11 February 2022 at 10:10 (Updated on 25 April 2022 at 14:37)
Data on agricultural, hydropower, saltwater intrusion and rainfall patterns in Vietnam Mekong Delta explains where the country’s food comes from, why it’s disappearing and what can be done about it.
The fertile Mekong Delta is a crucial region for Vietnam’s continued food and economic security but a variety of factors have wreaked havoc on how Vietnam grows food, catches fish and ultimately survives a radically changing environment. Here, reporters analyze 20 years of data on agricultural, hydropower, saltwater intrusion and rainfall patterns in Vietnam’s Mekong Delta (VMD) to explain where the country’s food comes from, why it’s disappearing and what can be done about it.
1. Disappearing waters
Vietnam’s flood plains are disappearing, and fish, rice and people along with it. The flood peak in Tan Chau and Chau Doc in 2020 is only about 60% of that in 2002. From now on, VMD will have to wait from 50 to 100 years to have a big flood season. Within 15 years, the amount of fish caught in An Giang has plummeted by two-thirds.
Đồng bằng sông Cửu Long (ĐBSCL) của Việt Nam là đồng bằng lớn thứ ba trên Trái Đất, là nơi sinh sống của gần 18 triệu người với sinh kế chủ yếu là sản xuất nông nghiệp và nuôi trồng thủy sản. Được coi là “Vựa lúa” của Việt Nam, ĐBSCL đóng góp hơn một nửa tổng sản lượng gạo của cả nước và 95% sản lượng gạo xuất khẩu, góp phần đưa Việt Nam trở thành quốc gia xuất khẩu gạo lớn thứ ba thế giới. Khu vực này cũng đóng góp 70% sản lượng trái cây và hơn 60% sản lượng thủy sản xuất khẩu của cả nước.1
The Lao Government has given the green light for two private companies to carry out a feasibility study on the construction of a 220kV transmission line which would carry electricity from five dams in northern Laos to Vietnam.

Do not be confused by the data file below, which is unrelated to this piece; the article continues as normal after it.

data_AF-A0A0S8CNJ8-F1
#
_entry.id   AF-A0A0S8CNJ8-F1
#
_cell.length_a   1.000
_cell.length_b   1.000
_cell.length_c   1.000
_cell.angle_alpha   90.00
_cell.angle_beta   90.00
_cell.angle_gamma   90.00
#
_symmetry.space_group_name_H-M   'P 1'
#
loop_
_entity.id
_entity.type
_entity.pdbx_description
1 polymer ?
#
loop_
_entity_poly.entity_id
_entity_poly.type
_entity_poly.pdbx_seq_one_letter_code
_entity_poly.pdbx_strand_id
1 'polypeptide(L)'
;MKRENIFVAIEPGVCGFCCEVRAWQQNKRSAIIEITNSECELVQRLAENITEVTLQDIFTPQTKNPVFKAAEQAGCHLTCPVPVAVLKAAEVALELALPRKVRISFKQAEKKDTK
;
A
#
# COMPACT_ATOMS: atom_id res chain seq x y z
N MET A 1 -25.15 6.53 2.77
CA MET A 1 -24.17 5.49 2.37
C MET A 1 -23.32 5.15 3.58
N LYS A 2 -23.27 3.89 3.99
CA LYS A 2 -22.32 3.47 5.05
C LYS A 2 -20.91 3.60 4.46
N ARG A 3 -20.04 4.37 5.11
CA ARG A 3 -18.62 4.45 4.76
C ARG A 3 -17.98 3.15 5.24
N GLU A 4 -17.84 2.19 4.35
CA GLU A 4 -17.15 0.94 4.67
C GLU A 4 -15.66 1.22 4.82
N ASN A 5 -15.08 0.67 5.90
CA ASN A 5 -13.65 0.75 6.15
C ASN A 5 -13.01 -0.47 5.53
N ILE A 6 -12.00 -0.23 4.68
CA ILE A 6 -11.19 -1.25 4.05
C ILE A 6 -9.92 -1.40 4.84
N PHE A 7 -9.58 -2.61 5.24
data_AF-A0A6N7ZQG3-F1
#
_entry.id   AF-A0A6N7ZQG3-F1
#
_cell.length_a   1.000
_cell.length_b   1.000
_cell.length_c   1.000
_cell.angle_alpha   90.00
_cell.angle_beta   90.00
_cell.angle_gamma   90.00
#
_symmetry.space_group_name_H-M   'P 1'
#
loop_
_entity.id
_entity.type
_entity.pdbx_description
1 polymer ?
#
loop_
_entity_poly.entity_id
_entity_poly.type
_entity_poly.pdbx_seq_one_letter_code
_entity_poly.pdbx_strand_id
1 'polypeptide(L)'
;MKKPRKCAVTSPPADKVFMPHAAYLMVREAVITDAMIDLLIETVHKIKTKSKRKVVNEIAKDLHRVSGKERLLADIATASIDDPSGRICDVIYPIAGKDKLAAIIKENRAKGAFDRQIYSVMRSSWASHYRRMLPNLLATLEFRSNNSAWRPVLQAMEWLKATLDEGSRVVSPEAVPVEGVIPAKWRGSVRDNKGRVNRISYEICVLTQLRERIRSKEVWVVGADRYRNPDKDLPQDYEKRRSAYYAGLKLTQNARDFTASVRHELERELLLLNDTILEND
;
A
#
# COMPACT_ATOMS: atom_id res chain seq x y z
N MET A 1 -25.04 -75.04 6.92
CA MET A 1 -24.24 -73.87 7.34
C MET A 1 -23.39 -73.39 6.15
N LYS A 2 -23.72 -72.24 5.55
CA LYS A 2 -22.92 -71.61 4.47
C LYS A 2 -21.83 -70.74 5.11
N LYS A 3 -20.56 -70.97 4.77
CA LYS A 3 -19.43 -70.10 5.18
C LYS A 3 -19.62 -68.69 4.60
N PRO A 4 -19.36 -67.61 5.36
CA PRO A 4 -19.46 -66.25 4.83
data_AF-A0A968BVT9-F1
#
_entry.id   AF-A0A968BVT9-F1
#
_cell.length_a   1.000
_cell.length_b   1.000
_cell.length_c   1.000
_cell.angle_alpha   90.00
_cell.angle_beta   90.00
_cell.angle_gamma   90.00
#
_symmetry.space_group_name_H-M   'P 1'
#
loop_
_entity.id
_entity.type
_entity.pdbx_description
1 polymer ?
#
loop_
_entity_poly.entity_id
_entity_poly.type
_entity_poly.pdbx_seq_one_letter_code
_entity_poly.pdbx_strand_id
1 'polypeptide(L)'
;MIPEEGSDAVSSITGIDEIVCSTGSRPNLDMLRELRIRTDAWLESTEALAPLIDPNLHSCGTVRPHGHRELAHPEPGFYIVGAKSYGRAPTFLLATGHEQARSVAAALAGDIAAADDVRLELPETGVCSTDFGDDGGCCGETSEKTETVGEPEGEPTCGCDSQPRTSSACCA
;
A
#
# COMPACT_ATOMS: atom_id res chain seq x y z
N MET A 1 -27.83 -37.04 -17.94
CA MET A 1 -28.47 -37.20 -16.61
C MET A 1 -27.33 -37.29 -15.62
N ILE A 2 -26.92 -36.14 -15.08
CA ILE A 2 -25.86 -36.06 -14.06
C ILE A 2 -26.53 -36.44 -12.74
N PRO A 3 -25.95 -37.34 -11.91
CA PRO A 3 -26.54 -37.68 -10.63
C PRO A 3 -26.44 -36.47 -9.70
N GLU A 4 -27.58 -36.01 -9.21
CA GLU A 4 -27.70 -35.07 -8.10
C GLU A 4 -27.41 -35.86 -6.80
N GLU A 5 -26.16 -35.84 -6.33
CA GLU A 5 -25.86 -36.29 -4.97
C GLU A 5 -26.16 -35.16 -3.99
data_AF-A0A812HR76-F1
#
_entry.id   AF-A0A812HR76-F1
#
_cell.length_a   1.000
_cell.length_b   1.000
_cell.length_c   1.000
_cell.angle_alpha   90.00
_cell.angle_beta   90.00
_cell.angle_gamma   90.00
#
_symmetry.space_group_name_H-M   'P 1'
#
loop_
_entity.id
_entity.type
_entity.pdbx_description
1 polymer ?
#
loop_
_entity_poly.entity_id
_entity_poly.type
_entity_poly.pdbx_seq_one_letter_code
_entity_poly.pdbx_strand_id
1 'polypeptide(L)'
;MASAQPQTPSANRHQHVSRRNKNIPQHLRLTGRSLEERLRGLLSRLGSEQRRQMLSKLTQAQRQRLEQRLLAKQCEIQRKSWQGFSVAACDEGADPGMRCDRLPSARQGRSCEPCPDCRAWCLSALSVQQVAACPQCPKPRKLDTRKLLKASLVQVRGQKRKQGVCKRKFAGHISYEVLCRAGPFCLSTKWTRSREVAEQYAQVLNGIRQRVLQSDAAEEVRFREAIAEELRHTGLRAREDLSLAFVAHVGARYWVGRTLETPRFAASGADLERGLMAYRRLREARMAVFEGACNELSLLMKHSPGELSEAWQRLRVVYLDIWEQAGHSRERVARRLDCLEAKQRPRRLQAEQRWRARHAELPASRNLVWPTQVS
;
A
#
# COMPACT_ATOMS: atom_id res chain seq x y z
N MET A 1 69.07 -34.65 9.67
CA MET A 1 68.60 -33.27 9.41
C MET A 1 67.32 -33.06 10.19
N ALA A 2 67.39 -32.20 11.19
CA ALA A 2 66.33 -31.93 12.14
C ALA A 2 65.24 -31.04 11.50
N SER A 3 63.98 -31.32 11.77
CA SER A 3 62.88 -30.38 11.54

VNE – By Reuters January 14, 2022 | 09:57 am GMT+7
A canal runs dry in An Giang Province of Vietnam’s Mekong Delta, March 2020. Photo by VnExpress/Huu Khoa
The Mekong River Commission on Thursday called on China and Southeast Asian to better coordinate management of Mekong hydropower dams and reservoirs after three years of record low flows and extra dry conditions.
The Mekong River’s flow dropped to the lowest levels in more than six decades from 2019 to 2021 due to an increased number of reservoirs, dams and other water storage, a worsening of the climate situation and unusually low rainfall, a new MRC river flow report showed.
Dry conditions in the past three years have affected navigation, river ecosystems and riverbank stability in the region where tens of millions of people depend on the Mekong for their livelihoods.
Các chuyên gia đến từ Tổ chức Bảo tồn Thiên nhiên Quốc tế (IUCN) và Viện Di sản Thiên nhiên Hoa Kỳ (NHI) mới đây đã đưa ra khuyến nghị cả Campuchia và Việt Nam sẽ phải chịu hậu quả nặng nề từ đập Sê Kông 1. Với Campuchia là sản lượng đánh bắt cá giảm đáng kể và với Việt Nam là giảm lượng trầm tích bồi đắp.
Sông Sê Kông bắt nguồn từ Thừa Thiên-Huế, Việt Nam chảy qua CHDCND Lào, và đổ vào Campuchia. Đây là dòng nhánh lớn cuối cùng của sông Mê Công chưa bị cản trở bởi các đập thủy điện và có tầm quan trọng đặc biệt, không thể thay thế được đối với an ninh lương thực của khu vực và với sức sản xuất của vùng Châu thổ Sông Mê Công. Hai sông nhánh lớn khác, cùng với Sê Kông tạo thành các lưu vực 3S, là Srepôk và Se San đã bị chặn ngay trước nơi chúng nhập với dòng chính sông Mê Công bởi đập Hạ Sesan 2 được hoàn thành vào cuối năm 2017.
Washington [US], March 1 (ANI): Raising concerns over the dipping water-levels of the Mekong River and upstream dams in China, Principal Deputy Assistant Secretary of State for East Asian and Pacific Affairs Ambassador Atul Keshap points out that upstream dams in China that exacerbate droughts are hurting the communities and ecosystems that have relied for countless generations on the Mekong River’s natural flood pulse.
Speaking at the Indo-Pacific conference on Strengthening Transboundary River Governance, Keshap on Saturday (local time) said the conference report launched at the event is excellent and summarizes our work examining the challenges facing the Mekong River basin and its ties to the economies, livelihoods, and culture of nearly 70 million people.